by Muskan Mumtaz
Muskan Mumtaz is a junior at the University of Virginia.
Some say Srinagar is two thousand years old, and if you walk through the streets today, you’d agree that it looks like it’s from another time period. Medieval architecture, royal gardens and lakes all nestled between the Himalayan Mountains paint a picture of a grand, old city with heavy Buddhist and Perso-Islamic influences. Earlier this September, however, the city went underwater. The last stages of the monsoon rains raised flood levels to 25 feet  in some parts of the city and forced 200,000 people to evacuate their homes.  In total, 2.2 million people have been affected. 
In my short, romanticized description of Srinagar, I left out an important part of the story. After the British partitioned India and Pakistan in 1947, Indian-occupied Kashmir became a disputed territory. Srinagar, the flooded city, is the capital of Indian-occupied Kashmir. Since 1947, India and Pakistan have fought two wars and respectively spent millions on developing their nuclear programs in efforts to out-arm one another. More recently, in the 1990s, Pakistan funded Pakistani and native Kashmiri militants to fight for independence from Indian occupation. The Indian army retaliated by killing, raping, and torturing hundreds of thousands of innocent Kashmiris in the process.  Even today, Kashmir remains the most densely occupied region in the world, with one Indian soldier for every ten Kashmiris. 
Long story short, India acts as if Kashmir is an “integral part” of the Indian nation,  but in reality the state is perceived as a hostile, “un-Indian” territory that produces Pakistan-sympathizing terrorists. India has denied the United Nations and all other international humanitarian aid organizations from carrying out disaster relief in Kashmir. When the state of Gujarat, on the other hand, was hit by earthquakes, over 300 international organizations, including the United Nations Disaster Management Team, were welcomed to provide relief. 
It’s important that we don’t underestimate the importance of laws regulating disaster relief efforts. Elyse Mosquini, Senior Disaster Law Officer with the International Federation of Red Cross and Red Crescent Societies (IFRC) states that “The images we most readily associate with disaster response are of the arrival and distribution of relief goods by all means of transportation—planes, helicopters, and convoys—all directed by so many ‘disaster cowboys.’ Less often do we think of the legal and regulatory systems within which disaster operations are conducted. [The role of lawyers and bureaucrats in] facilitating and regulating an effective response can be just as crucial to ensuring that critical relief swiftly reaches those most in need.” 
In 2008, the United Nations General Assembly passed three of the IFRC’s proposed resolutions for domestic facilitation and regulation of international disaster relief and initial recovery assistance. These three resolutions belong to a larger framework of the IDRL guidelines, which aim to remove unnecessary red tape in the form of “restrictions and delays in customs clearance for relief goods and equipment” as well as prevent “difficulties in legal registration for foreign humanitarian organizations, leading to restrictions in opening bank accounts and hiring local staff.”  Indian customs have denied relief goods collected by both members of the Kashmiri diaspora and non-Indian NGOs. Moreover, the IDRL fails to address situations in which a central government creates u legal hurdles in order to limit the development of an occupied territory.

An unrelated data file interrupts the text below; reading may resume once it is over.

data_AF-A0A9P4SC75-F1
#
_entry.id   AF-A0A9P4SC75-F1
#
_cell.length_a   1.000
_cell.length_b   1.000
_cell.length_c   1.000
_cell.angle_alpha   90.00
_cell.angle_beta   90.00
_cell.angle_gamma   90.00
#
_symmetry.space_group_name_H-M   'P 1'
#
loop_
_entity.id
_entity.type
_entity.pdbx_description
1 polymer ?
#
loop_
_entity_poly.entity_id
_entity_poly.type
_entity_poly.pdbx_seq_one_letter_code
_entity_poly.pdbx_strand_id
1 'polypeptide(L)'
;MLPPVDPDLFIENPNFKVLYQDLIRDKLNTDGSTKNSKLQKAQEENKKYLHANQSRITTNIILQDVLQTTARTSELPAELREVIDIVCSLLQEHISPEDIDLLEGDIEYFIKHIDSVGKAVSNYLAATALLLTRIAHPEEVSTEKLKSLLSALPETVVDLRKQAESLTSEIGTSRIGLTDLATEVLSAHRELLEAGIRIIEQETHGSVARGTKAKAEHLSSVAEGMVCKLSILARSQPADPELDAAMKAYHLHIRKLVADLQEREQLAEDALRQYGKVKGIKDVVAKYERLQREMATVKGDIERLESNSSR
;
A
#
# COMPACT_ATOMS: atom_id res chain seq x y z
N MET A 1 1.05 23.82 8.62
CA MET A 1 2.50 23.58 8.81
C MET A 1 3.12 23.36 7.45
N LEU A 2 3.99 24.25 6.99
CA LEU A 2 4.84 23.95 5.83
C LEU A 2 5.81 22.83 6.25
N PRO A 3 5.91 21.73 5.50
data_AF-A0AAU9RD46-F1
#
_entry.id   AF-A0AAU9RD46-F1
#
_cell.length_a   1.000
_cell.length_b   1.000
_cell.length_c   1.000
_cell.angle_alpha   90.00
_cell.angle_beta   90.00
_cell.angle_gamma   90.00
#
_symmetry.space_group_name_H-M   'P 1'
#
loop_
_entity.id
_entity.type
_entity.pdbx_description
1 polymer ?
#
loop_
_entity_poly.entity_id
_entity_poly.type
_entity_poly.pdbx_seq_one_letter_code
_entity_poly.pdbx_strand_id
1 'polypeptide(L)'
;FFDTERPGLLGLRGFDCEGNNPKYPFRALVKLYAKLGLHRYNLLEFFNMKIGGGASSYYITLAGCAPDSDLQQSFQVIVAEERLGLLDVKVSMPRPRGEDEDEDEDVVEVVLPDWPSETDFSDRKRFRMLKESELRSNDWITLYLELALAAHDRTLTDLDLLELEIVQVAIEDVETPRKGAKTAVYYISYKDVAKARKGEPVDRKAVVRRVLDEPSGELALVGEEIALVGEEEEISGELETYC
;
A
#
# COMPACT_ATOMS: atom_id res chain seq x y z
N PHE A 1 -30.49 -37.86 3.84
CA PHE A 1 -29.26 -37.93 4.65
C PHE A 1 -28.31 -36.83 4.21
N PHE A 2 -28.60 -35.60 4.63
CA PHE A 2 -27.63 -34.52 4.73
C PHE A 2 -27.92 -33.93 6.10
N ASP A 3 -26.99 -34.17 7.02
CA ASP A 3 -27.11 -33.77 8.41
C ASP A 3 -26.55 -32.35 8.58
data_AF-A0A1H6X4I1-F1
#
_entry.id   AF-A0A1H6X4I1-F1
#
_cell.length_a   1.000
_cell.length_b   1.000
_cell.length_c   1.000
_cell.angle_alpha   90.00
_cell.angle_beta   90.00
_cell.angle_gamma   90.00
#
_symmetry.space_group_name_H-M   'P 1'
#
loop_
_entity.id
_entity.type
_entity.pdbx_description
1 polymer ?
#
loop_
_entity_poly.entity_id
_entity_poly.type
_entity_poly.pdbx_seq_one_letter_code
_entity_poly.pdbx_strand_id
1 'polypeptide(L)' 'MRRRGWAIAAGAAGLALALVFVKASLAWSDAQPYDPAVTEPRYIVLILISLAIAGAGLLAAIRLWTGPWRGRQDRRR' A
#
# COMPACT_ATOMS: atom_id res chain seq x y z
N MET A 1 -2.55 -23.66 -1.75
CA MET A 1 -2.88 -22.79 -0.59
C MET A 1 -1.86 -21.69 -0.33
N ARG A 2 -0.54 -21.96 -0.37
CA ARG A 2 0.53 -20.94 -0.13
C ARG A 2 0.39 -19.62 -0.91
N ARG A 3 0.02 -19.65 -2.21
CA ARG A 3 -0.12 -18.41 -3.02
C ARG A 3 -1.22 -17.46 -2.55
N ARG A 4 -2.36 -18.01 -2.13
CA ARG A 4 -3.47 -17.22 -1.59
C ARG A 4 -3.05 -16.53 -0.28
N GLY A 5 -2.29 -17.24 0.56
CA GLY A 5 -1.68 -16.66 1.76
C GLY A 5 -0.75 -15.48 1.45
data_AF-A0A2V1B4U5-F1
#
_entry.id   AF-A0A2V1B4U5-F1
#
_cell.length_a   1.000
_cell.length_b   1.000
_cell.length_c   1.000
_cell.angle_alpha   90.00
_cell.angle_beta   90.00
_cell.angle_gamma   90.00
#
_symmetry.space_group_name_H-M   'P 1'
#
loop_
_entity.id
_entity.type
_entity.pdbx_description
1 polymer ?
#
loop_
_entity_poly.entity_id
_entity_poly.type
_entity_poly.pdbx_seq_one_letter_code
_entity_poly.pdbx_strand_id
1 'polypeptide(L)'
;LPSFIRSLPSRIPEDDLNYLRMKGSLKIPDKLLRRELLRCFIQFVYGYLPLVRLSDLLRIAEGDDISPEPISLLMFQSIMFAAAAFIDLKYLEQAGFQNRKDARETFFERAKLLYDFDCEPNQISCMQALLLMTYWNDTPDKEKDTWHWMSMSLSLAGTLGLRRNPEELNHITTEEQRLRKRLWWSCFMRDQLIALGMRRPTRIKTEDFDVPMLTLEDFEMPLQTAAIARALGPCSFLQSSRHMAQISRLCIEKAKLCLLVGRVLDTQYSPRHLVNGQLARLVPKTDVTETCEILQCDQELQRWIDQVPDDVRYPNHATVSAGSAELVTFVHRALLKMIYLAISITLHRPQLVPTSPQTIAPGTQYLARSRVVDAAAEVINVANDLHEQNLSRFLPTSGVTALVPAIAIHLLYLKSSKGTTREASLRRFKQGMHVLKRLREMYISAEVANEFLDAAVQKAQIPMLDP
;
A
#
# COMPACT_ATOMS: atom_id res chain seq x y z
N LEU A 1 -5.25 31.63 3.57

In 2010, the Indian parliament severely limited NGO activity and the flow of foreign aid by rewriting the Foreign Contribution Regulation Act , with India claiming that NGO presence inhibits GDP growth by 2-3% each year, and that their activities must be curbed to help the domestic economy.  Al Jazeera writer Hafsa Kanjwal relates these limitations to the situation in Kashmir, arguing that “By keeping international agencies at bay, the Indian state, army and commercial enterprises have positioned themselves as the sole saviors of the Kashmiri people in their plight — thus enforcing the narrative that Kashmir needs India and cannot survive without its support.” 
Later in 2013, the Ministry of Home Affairs barred 4,000 NGOs for working “against the interests of the nation.”  This sort of stand-alone legal argument suggests that international aid to Kashmir is seen as against the interests of the Indian nation, further supporting the idea that Kashmir is not considered an “integral” part of the country. When the Pakistani-administered side of Kashmir had an earthquake in 2005, billions of dollars worth of international aid was funneled from both Western and Asian countries. Since then, the Pakistani side has experienced rapid development while the Indian occupied side remains stifled in its pre-militancy state. The intentions of the occupying government are unclear – does it want to keep Kashmir from developing like their Pakistani counterpart, or does it simply want to limit foreign aid during this time of crisis as a measure to protect GDP growth rates?
Most importantly, this situation raises the question of what the international legal community can do when its hands are tied by the domestic laws of an occupying force. The people of an occupied territory are reaching out to the United Nations and other international relief organizations – and these global actors can do nothing but stand by and watch. The U.N’s IDRL are only soft laws – simply a recommended set of guidelines. Kashmir has found itself in an unlikely but fatal situation, and it is looking to the world to pressure India to allow international relief.
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Photo credit: Flickr user McKay Savage